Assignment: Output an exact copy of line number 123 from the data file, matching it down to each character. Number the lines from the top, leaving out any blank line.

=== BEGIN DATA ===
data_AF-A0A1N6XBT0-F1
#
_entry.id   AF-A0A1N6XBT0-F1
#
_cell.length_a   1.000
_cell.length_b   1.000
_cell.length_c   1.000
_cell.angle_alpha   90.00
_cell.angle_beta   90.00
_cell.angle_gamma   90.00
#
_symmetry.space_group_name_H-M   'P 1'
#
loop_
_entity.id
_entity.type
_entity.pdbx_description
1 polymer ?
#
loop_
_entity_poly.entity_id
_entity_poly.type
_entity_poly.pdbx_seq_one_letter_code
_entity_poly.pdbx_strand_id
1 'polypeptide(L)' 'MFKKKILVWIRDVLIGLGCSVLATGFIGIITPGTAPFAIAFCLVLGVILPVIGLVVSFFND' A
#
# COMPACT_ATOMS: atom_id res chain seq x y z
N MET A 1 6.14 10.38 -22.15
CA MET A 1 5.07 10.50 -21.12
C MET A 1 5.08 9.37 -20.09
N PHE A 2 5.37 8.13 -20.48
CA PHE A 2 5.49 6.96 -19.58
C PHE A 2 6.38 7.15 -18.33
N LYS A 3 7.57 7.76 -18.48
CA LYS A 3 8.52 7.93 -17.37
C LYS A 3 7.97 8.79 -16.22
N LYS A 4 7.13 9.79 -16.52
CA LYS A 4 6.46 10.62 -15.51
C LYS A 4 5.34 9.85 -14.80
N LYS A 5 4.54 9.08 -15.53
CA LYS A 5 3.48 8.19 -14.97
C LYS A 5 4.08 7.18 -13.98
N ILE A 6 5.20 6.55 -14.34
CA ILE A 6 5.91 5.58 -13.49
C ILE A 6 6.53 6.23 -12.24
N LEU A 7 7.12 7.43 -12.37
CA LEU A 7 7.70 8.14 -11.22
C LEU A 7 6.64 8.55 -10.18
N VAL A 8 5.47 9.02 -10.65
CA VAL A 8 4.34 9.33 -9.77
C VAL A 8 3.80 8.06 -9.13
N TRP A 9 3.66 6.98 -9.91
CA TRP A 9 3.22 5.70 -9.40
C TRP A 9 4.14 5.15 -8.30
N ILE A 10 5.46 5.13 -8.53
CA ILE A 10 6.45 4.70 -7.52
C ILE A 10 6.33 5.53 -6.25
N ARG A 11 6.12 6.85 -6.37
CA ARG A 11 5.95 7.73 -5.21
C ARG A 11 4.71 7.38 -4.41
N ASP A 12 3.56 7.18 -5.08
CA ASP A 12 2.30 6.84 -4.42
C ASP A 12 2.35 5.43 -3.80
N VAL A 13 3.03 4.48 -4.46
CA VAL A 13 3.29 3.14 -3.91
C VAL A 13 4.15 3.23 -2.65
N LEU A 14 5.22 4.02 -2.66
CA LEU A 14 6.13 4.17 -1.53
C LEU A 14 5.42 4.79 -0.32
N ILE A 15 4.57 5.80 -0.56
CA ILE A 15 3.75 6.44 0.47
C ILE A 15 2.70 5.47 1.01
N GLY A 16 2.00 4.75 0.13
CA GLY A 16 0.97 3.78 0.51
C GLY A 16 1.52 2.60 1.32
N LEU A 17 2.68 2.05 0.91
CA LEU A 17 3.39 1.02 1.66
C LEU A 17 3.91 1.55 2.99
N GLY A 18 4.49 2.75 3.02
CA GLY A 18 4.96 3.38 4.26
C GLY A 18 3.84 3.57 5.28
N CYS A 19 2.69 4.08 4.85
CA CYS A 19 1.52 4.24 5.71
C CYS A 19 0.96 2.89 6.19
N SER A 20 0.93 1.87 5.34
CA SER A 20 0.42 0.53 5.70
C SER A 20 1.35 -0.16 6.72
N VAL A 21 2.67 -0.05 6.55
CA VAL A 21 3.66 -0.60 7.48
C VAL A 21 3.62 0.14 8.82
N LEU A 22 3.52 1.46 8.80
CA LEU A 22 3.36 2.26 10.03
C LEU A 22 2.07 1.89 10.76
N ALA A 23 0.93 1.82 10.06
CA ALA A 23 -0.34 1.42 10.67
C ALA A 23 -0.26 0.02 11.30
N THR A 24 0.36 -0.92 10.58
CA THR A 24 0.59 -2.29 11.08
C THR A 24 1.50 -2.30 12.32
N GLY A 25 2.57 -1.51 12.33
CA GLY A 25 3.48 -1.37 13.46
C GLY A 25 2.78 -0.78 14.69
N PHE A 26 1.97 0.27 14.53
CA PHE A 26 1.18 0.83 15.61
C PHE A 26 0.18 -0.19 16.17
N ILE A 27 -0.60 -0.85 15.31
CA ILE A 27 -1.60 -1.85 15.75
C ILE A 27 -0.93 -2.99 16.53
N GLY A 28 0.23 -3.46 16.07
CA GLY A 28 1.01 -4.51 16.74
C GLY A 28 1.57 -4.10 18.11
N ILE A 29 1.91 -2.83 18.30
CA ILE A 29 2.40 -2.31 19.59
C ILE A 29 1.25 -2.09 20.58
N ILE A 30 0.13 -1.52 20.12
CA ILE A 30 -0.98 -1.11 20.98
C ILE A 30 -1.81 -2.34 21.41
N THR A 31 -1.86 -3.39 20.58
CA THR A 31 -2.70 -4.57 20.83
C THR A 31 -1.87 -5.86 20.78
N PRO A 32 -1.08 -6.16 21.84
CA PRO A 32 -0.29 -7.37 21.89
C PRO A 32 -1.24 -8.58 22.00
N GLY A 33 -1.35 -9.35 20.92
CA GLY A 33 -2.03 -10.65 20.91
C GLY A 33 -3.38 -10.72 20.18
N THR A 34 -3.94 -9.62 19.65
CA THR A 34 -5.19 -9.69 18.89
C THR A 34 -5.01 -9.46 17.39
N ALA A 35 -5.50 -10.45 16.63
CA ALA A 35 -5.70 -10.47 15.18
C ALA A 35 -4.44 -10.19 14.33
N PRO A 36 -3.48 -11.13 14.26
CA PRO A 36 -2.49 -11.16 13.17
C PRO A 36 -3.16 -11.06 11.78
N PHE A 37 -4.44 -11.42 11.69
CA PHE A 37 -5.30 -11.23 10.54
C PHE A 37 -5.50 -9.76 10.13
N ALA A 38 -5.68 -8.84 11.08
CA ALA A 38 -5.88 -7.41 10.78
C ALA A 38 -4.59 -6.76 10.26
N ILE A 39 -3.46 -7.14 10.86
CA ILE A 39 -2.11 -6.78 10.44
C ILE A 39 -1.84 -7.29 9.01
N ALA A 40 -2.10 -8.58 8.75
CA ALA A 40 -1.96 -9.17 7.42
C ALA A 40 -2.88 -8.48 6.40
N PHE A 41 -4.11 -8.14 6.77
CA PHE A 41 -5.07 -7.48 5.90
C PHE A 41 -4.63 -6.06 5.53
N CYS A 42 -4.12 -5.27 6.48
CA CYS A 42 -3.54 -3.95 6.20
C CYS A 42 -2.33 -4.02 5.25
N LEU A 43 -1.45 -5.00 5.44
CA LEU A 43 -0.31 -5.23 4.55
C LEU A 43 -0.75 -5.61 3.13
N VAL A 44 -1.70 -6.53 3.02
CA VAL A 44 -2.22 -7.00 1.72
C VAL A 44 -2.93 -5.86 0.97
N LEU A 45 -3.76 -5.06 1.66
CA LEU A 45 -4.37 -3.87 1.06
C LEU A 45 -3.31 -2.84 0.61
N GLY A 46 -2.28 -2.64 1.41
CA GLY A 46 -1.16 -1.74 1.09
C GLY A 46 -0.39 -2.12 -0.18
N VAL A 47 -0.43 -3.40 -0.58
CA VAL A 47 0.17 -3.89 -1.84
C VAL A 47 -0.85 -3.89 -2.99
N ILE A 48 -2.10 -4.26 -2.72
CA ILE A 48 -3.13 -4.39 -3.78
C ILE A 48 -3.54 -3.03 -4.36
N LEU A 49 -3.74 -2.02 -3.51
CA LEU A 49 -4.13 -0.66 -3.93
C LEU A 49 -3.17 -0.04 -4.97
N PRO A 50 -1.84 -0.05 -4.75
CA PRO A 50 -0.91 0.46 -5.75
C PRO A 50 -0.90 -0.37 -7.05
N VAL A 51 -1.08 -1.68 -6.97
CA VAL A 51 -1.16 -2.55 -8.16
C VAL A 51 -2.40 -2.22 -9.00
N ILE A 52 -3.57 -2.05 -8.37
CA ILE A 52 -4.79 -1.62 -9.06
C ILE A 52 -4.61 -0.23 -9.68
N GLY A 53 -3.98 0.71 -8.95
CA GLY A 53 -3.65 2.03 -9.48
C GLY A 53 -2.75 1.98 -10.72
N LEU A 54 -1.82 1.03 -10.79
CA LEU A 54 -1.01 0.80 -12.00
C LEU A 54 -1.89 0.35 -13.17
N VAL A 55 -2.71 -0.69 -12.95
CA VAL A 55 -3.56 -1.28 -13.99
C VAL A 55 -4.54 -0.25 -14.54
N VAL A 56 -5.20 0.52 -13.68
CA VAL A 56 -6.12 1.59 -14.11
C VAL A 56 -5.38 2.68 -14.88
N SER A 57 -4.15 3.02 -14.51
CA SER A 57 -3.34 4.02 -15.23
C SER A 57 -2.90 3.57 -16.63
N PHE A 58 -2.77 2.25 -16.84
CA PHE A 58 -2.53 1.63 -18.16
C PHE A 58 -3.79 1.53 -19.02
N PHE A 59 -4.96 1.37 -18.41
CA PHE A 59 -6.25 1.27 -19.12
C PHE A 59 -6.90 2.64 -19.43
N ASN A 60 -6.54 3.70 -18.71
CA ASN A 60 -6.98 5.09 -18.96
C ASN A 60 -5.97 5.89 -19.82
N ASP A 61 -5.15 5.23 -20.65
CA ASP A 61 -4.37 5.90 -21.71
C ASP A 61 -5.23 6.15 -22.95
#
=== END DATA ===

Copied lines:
C PRO A 32 -1.24 -8.58 22.00